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Julianne Geiger

Julianne Geiger

Julianne Geiger is a veteran editor, writer and researcher for Oilprice.com, and a member of the Creative Professionals Networking Group.

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Brent Crude Hits $120 As Driving Season Officially Kicks Off In U.S.

  • Brent crude hit $120 per barrel on Memorial day.
  • Crude prices continue to climb despite the EU’s failure to reach any agreement among its members on a Russian crude oil ban.
  • Reopening of large Chinese cities adds to bullish sentiment in oil.

Brent crude oil reached $120 per barrel on Memorial Day—the official kickoff of the summer driving season in the United States.

The Brent Crude July contract was trading at $120.02 (+0.52%) on the day at 10:41 a.m. ET.

It is the highest level for Brent Crude in months, and a nearly $100 per barrel increase from March 2020.

The price of WTI was also rising on Monday, reaching $115.80 (+0.80%) per barrel—also the highest price since March.

Crude prices are continuing to climb despite the EU’s failure to reach any agreement among its members on a Russian crude oil ban, with Hungary still holding out for better terms. While the EU is insistent that it is still likely to reach a deal, the lack of progress made over the weekend was notable.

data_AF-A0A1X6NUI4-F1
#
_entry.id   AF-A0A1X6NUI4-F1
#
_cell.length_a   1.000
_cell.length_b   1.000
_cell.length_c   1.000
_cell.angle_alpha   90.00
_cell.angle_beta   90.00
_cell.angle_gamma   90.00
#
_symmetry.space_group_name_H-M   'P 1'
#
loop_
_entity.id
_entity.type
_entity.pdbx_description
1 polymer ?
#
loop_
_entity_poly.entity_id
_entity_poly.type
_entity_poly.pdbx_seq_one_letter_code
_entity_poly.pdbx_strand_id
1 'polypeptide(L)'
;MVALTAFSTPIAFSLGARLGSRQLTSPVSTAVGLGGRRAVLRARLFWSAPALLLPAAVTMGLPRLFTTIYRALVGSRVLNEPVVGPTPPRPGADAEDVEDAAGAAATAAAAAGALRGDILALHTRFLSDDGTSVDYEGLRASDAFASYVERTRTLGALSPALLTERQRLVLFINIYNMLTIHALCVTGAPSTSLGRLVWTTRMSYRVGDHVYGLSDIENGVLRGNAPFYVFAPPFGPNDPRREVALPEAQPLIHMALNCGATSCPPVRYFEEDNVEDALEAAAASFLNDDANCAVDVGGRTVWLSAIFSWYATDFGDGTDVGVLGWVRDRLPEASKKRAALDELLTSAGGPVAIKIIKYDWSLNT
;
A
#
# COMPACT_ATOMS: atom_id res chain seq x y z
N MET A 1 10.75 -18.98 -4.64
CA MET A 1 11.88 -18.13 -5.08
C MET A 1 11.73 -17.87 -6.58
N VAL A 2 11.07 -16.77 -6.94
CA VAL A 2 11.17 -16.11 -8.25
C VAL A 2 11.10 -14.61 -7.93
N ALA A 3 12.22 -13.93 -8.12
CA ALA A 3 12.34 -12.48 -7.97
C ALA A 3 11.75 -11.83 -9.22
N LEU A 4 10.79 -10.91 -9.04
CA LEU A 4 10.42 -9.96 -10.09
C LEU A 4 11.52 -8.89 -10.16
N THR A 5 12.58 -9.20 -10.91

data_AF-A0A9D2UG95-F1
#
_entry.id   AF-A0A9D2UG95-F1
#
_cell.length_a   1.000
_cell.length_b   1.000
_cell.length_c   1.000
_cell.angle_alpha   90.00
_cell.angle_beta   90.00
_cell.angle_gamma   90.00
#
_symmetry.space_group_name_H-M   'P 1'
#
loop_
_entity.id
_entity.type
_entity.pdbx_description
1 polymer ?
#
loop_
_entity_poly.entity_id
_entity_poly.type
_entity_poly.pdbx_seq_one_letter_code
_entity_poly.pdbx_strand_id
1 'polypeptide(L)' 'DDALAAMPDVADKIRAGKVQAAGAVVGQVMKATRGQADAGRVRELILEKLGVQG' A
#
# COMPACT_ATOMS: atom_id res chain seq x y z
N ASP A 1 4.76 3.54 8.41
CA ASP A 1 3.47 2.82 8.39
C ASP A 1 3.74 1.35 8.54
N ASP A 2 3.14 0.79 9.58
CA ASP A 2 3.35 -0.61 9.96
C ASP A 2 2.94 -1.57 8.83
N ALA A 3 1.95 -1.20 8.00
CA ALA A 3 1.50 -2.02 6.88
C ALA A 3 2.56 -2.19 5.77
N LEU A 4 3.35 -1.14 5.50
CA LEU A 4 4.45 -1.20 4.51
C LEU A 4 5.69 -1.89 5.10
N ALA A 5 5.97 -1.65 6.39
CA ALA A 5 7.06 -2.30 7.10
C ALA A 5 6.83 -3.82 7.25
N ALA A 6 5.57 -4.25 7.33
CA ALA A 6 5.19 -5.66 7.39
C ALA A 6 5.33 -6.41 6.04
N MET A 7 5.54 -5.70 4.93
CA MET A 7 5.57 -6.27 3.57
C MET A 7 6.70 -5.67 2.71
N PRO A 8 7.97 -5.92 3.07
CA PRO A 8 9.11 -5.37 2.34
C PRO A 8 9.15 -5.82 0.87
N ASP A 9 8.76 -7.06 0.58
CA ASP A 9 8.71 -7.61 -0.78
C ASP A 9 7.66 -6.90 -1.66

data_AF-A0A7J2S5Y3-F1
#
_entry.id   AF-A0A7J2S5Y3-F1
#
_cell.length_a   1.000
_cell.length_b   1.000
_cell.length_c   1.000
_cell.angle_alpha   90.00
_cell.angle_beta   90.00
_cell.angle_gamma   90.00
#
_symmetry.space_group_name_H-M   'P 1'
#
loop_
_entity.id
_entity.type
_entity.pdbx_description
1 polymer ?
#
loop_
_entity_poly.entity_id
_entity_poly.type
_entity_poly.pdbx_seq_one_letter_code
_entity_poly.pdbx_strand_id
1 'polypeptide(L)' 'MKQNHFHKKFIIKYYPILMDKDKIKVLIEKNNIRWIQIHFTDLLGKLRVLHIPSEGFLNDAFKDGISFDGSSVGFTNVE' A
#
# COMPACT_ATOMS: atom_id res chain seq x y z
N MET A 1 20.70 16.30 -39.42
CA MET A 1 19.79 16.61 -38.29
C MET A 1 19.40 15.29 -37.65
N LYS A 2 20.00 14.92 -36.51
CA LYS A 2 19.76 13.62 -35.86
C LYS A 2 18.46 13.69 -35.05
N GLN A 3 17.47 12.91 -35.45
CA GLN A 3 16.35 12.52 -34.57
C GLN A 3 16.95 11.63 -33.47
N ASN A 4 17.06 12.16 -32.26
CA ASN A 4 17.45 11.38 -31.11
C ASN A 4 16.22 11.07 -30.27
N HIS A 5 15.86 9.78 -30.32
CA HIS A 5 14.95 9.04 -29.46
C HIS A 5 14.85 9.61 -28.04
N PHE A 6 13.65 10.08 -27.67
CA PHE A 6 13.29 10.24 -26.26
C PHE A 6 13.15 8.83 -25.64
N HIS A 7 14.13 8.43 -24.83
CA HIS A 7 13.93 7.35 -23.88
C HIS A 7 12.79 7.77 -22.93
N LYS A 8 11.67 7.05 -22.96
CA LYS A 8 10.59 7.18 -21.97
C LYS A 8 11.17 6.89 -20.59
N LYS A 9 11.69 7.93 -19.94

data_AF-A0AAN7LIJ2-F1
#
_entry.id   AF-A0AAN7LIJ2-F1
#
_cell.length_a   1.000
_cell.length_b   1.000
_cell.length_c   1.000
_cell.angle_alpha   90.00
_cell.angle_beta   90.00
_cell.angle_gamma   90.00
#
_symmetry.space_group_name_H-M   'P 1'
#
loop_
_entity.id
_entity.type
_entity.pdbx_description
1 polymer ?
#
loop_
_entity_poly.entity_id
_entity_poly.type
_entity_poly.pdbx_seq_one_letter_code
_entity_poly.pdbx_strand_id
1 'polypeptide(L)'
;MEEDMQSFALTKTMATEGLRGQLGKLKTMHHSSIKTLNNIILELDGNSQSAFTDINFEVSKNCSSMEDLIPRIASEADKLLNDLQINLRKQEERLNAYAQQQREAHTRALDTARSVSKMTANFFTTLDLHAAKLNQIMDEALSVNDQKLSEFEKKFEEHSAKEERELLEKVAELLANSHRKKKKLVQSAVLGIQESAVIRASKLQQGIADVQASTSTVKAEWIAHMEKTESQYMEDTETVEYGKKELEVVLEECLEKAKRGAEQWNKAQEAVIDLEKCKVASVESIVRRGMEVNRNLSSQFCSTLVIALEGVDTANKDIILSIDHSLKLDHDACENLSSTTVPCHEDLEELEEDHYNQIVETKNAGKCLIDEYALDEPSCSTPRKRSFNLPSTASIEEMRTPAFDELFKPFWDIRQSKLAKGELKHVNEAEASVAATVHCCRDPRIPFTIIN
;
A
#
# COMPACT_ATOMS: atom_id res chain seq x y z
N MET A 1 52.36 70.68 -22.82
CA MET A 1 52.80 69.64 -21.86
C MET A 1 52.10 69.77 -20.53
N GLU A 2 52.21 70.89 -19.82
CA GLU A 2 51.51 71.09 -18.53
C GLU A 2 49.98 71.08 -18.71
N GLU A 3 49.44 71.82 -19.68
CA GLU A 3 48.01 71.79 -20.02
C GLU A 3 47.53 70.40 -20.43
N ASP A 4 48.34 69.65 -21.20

On the bullish side, Monday kicked off the official start of the driving season in the United States. While the average national gasoline price reached $4.619 per gallon on May 30—the highest level ever recorded, there does appear to be some demand destruction for the fuel, with GasBuddy data showing that weekly U.S. gasoline demand rose by just .5 percent compared to the previous week and only 1.2 percent above the average of the last four weeks—not impressive for Memorial Day weekend.

Other bullish factors for oil are China’s relaxed Covid-19 restrictions and the UK’s recent oil and gas windfall tax, which some analysts and oil companies suggest will stifle new investments in the industry. On Friday, BP said it would review its projects in the country in light of the new tax. Regardless of the long-term effects of such a tax, it creates uncertainty in the market.

By Julianne Geiger for Oilprice.com


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